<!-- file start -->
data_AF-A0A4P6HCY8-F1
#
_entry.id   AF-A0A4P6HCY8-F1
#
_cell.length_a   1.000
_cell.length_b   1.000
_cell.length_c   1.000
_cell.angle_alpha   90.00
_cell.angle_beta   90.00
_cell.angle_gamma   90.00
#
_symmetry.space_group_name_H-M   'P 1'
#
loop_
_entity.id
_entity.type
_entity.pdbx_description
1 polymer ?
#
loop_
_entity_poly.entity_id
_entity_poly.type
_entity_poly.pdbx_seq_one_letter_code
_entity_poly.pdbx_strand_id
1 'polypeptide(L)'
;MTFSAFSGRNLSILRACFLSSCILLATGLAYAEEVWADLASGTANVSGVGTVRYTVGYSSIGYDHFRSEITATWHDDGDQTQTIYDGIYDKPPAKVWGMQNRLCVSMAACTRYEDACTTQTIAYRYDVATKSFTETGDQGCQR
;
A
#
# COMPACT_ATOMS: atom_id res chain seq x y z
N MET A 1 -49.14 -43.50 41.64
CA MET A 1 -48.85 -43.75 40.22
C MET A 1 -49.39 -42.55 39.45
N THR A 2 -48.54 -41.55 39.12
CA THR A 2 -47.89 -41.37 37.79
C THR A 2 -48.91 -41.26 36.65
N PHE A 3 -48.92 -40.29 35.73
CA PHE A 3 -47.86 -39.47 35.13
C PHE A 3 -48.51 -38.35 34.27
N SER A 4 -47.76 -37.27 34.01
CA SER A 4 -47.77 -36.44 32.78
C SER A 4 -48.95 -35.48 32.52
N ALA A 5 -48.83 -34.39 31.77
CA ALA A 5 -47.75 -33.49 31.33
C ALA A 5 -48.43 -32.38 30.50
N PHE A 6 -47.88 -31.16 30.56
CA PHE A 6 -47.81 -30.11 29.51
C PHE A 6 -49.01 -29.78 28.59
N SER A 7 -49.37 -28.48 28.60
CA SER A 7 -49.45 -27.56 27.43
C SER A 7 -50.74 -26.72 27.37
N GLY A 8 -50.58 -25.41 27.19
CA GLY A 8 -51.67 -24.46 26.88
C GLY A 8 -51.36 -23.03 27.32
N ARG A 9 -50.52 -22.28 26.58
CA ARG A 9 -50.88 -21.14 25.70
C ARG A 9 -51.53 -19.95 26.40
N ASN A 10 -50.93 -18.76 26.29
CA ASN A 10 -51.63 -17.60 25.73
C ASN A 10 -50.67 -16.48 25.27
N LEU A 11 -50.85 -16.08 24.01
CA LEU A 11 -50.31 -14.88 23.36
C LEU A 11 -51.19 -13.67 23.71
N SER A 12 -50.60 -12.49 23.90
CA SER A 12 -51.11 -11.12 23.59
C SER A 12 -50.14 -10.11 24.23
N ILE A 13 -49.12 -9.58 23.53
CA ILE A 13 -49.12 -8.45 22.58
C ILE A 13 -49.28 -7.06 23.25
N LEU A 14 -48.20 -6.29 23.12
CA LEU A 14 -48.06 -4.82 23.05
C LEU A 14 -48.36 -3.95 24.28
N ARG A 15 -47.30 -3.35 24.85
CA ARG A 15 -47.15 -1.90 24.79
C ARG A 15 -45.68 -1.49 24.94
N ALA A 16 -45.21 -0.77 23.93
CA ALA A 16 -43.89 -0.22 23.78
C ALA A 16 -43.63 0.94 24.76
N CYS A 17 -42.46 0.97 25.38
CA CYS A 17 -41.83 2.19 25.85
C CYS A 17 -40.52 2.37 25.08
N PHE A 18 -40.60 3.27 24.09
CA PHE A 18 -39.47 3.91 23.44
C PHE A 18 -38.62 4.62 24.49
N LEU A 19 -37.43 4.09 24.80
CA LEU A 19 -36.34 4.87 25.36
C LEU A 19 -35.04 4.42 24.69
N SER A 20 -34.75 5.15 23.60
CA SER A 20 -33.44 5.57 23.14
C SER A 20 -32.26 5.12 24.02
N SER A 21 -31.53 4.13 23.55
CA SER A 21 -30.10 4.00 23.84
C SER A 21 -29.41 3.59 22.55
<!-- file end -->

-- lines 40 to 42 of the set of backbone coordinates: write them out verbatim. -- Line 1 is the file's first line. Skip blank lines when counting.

N SER A 4 -47.76 -37.27 34.01
CA SER A 4 -47.77 -36.44 32.78
C SER A 4 -48.95 -35.48 32.52